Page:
Know the ins, outs be­hind salt­wa­ter fish­ing

South Shore Breaker - - NAVIGATE ATLANTIC - CAR­ROLL RAN­DALL REEL TIME dacara@east­link.ca

Our Nova Sco­tia coast has been sup­ply­ing lots of an­gling en­joy­ment with many species avail­able to catch. The next two ar­ti­cles will zero in on two species that mi­grate to Nova Sco­tia each year and can be caught fish­ing from shore.

The first fish that I would like to tell you about is the mack­erel. When fish­ing for mack­erel, you do not need a li­cence. They are also a great fish to catch for young an­glers just start­ing out. Th­ese fish can be found along the South Shore in ev­ery bay, river, es­tu­ary and off of most wharves. Mack­erel come in and go out with the tides and many peo­ple tell me the best time to fish for them is the two hours be­fore high tide and the two hours after high tide. As you know, there are two high tides a day so there is am­ple time to get your bucket full of mack­erel.

Mack­erel travel in schools, and you will find when fish­ing for them that one mo­ment there are none, and the next mo­ment, they are all around you. I have seen sev­eral peo­ple fish­ing on a wharf and no one is catch­ing any­thing; a school of mack­erel come along and ev­ery­one is hooked up with a fish all at once.

Where do you fish for mack­erel? The best way for me to tell you this is by telling you what mack­erel do. As I said be­fore, they travel in schools along the shore­line look­ing for food. Their pri­mary food are lit­tle fish which are found close to shore around wharves and struc­tures. So ask around and peo­ple will be happy to tell you where to go mack­erel fish­ing. I have caught mack­erel in East River, Ch­ester Har­bour, Ma­hone Bay, In­dian Point, Lunen­burg Har­bour, River­port, La­have, Western Shore, Liver­pool, Oakland and the La­have Is­lands.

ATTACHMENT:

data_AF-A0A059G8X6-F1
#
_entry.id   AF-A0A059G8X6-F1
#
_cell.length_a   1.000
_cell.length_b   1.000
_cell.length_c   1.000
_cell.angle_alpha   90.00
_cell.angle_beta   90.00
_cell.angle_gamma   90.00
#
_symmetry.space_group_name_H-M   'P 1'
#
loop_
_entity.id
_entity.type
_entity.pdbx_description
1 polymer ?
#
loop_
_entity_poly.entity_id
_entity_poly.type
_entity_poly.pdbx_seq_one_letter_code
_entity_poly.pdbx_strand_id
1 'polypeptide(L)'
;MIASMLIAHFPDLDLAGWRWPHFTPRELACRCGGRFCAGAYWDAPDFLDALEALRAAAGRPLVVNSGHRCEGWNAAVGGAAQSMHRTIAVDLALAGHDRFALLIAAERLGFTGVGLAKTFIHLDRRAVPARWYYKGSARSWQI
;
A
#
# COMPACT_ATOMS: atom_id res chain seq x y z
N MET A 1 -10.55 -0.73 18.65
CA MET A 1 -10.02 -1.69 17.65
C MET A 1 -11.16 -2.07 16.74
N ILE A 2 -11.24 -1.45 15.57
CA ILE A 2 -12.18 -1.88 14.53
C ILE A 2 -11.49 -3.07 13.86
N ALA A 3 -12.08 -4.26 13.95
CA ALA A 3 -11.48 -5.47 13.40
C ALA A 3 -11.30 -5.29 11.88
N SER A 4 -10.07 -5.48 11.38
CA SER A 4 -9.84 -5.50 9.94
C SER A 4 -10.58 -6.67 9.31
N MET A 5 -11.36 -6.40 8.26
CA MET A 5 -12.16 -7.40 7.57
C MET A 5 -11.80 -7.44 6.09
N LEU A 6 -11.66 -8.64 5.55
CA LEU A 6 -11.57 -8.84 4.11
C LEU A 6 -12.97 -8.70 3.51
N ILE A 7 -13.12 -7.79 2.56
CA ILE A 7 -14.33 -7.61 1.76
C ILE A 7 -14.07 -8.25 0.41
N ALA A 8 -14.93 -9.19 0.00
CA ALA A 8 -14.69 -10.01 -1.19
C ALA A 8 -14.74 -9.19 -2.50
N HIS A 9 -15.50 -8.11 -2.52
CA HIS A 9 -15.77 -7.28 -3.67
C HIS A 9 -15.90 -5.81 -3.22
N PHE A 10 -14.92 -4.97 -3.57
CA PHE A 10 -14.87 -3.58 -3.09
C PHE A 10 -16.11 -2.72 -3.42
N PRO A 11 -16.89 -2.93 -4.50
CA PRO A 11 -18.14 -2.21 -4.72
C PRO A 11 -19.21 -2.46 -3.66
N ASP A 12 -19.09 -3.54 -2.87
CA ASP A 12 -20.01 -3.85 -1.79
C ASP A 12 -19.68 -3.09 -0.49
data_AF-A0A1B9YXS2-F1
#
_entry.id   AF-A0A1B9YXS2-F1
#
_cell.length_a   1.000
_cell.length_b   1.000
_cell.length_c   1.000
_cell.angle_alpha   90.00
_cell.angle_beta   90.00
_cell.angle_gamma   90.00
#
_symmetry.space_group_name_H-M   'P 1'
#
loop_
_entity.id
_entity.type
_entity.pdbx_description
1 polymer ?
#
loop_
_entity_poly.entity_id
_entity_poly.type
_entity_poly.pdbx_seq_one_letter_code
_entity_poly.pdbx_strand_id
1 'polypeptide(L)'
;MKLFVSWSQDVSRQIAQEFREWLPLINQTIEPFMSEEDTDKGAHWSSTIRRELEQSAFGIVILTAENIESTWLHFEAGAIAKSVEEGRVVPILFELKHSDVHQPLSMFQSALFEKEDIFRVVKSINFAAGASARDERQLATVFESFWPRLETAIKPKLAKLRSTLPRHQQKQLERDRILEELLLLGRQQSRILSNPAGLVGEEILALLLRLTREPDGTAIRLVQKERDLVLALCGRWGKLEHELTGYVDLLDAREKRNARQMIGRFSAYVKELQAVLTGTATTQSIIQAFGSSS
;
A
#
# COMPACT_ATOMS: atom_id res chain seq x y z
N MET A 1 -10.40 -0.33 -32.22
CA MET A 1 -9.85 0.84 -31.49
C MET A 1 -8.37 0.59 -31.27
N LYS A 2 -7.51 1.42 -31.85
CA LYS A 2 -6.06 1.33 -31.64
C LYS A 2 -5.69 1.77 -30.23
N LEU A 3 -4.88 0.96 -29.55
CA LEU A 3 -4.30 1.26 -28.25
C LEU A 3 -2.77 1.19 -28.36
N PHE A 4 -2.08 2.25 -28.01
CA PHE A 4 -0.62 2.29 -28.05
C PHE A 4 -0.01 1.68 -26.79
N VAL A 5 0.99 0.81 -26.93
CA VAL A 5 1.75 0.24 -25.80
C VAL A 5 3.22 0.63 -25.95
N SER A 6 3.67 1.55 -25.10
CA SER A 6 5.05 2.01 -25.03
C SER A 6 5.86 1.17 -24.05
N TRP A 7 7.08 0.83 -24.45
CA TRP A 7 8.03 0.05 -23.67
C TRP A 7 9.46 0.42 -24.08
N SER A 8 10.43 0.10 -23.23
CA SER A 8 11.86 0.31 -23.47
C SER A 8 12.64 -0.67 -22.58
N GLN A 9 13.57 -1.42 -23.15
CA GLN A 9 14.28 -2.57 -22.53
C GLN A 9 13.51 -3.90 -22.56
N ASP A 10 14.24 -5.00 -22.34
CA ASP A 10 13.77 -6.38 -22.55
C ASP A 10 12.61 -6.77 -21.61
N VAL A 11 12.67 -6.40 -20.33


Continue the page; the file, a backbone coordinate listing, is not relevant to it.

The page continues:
Mack­erel travel the shore most of the sum­mer and into the fall. They are not that fussy

and are usu­ally easy to catch and fight very hard. The gear you will need is a ba­sic spin­ning rod and reel and some baits that look like fish. Most peo­ple use a heavy spoon but there are spe­cific mack­erel jigs that work very well also; all tackle stores carry mack­erel jigs.

I have found that if you have some­thing in the wa­ter when the mack­erel swim by you, you will usu­ally hook up. Re­mem­ber that mack­erel are look­ing for min­nows who are try­ing to get away from them, so throw out your bait and reel it back in very quickly. Jerk­ing your bait rapidly while re­triev­ing it works ex­tremely well also. ing:here are some help­ful hints for when you go mack­erel fish

• First off, there is a size limit which is 26.3 mil­lime­tres or 10.5 inches. Any mack­erel un­der that size must be put back.

• Take a bucket with a han­dle with you and tie a rope to the han­dle so that you can get some wa­ter in the bucket.

• Bring a few rags with you be­cause mack­erel have mil­lions of tiny scales and you will want to con­tin­u­ally wash your hands and gear. When mack­erel scales get dried on your gear, they are ex­tremely dif­fi­cult to get off. (Al­though my wife likes the sparkle ef­fect that the scales give off.)

• Fi­nally, when you get home, make sure that you rinse your equip­ment thor­oughly to get the salt wa­ter out of your reel and off your line and rod.

Next week, I will be talk­ing about striped bass. Have a great week fish­ing the rivers, lakes and oceans of our beau­ti­ful coun­ties.

Car­roll Ran­dall owns and op­er­ates dacarafishin out of Lunen­burg County and is a Nova Sco­tia Li­censed Fish­ing Guide. He of­fers guided fish­ing ad­ven­tures and fish­ing schools. To book a trip or to find out more, call 902-212-1508 or email dacara@east­link.ca.

Car­roll Ran­dall

When fish­ing for mack­erel, you do not need a li­cence. They’re also a great fish to catch for young an­glers just start­ing out.

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